Ich eradication vs. Ich management

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Paul B

Well-known member
Location
Long Island NY
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When I started there was no live rock, and no dead rock. We used dead coral skeletons and flowerpots or bricks.
Every couple of weeks we would remove the dead corals and bleach them and sometimes use acid to make them nice and white.
This is my still running "reef" tank from 1971. You can see the dead corals and no rocks. If you wanted rocks you had to go to the tropics and pick them up on the beach or dive for them as I used to do. Then I bleached them in my hotel room and carry it home on my lap. Today they would shoot you if you did that.



You can also see some of those bleached, white corals here in about 1980 or so.

 

clsanchez77

20 Year Noob
Location
Metairie, LA
Another point to consider: Nowadays most people use "dry rock" to setup their DT. Everything is sterile until you introduce a little bacteria, seed it with pods, etc. A "spark" of life. However, it takes some time for bacteria (and other microfauna) to propagate in there. Takes even longer for these tiny animals to achieve the same concentration seen on a rock in the ocean. And even then, I doubt the wide array of microorganisms found in the ocean is ever achieved.

Back in the old days, most used 100% live rock taken right from the ocean to setup their reef tank. Instead of waiting for it to cycle, you had to wait out all the die-off inside of it which would spike your ammonia level. (But ammonia doesn't kill bacteria & microfauna.) After everything settled down, people would add fish without quarantining and didn't experience all the disease problems seen today. Then as LR became harder to acquire, hobbyists started using dry rock but still added a few pieces of LR + a little sand from an established aquarium. I remember this is when Ich became more prevalent, but I don't remember velvet, brook, uronema, flukes being the major problem those diseases are today...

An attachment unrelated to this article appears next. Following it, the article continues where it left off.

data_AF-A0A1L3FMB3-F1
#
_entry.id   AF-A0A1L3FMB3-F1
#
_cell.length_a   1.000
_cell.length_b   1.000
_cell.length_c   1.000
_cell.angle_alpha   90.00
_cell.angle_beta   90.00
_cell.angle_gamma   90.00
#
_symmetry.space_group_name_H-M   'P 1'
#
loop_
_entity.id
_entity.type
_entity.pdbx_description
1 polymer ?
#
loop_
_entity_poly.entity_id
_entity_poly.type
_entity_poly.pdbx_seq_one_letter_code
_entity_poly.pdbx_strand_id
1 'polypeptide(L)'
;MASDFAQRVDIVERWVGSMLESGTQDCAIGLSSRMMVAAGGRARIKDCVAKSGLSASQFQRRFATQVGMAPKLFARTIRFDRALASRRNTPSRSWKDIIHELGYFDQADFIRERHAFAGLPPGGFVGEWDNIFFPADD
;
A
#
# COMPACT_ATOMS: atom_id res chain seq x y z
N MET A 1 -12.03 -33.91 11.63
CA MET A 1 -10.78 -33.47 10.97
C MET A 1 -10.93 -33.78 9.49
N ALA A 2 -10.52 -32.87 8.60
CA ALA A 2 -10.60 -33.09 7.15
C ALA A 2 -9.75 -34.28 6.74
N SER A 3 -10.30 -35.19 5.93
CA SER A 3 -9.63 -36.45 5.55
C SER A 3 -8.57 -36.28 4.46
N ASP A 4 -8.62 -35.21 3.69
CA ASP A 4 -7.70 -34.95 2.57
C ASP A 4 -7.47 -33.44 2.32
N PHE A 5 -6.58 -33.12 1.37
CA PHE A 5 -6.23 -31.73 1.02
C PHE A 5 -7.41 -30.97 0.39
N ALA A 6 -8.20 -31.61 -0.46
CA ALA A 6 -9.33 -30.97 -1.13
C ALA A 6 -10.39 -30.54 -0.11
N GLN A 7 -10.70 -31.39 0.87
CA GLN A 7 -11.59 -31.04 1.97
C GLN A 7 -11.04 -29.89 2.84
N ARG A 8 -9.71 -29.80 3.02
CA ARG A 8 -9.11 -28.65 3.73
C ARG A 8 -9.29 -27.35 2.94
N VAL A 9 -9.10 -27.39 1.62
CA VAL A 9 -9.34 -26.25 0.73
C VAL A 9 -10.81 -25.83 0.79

All just a coincidence??? :unsure:

Exactly, I share this view. I will add the increased demand on fish and the hastened collection and shipment allows for cross-contamination in environments where fish are not at their best health.
 

clsanchez77

20 Year Noob
Location
Metairie, LA
When I started there was no live rock, and no dead rock. We used dead coral skeletons and flowerpots or bricks.
Every couple of weeks we would remove the dead corals and bleach them and sometimes use acid to make them nice and white.
This is my still running "reef" tank from 1971. You can see the dead corals and no rocks. If you wanted rocks you had to go to the tropics and pick them up on the beach or dive for them as I used to do. Then I bleached them in my hotel room and carry it home on my lap. Today they would shoot you if you did that.



You can also see some of those bleached, white corals here in about 1980 or so.


I too lived in a house with parquet floors and wood paneling lol
 

Paul B

Well-known member
Location
Long Island NY
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Yeah, like Ross Perot.

I just came back from boating and dumped in a whole bunch of amphipods, snails, seaweed and tiny fry fish. I don't now what they are but I hope they don't grow into whale sharks because then I will have to find a way to at least keep their heads underwater. :p
 

Paul B

Well-known member
Location
Long Island NY
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I can't believe at least 3 of those tiny baby fish that I collected are still living and actually thriving. I put them in as food. They stay at the surface and eat tiny
"stuff" just like a whale shark. OMG, I hope they are not whale sharks.
:eek:
Those things never even make it home in a bucket.
They have nice colors and iridescent fins just like very healthy fish are supposed to have. Maybe they will spawn soon. :)
They may be stripped bass, bluefish, marlin etc. Who knows. The next time I go I will bring a bigger net and collect a few hundred. This may be the next fish craze. I hope they get colorful as I can only see faint vertical stripes on them. They are tiny, like this size. -------> ! <--------
(picture that thing horizontal) but real cute. I can collect thousands of them in 5 minutes at low tide in a small lagoon I discovered. I am sure it was discovered before, probably by Nancy Pelosi, but you know what I mean.
:rolleyes:


Whatever I throw into that tank lives forever. It's like the fountain of youth for marine creatures.
OMG, I forgot to quarantine them for 75 days. :confused:
 
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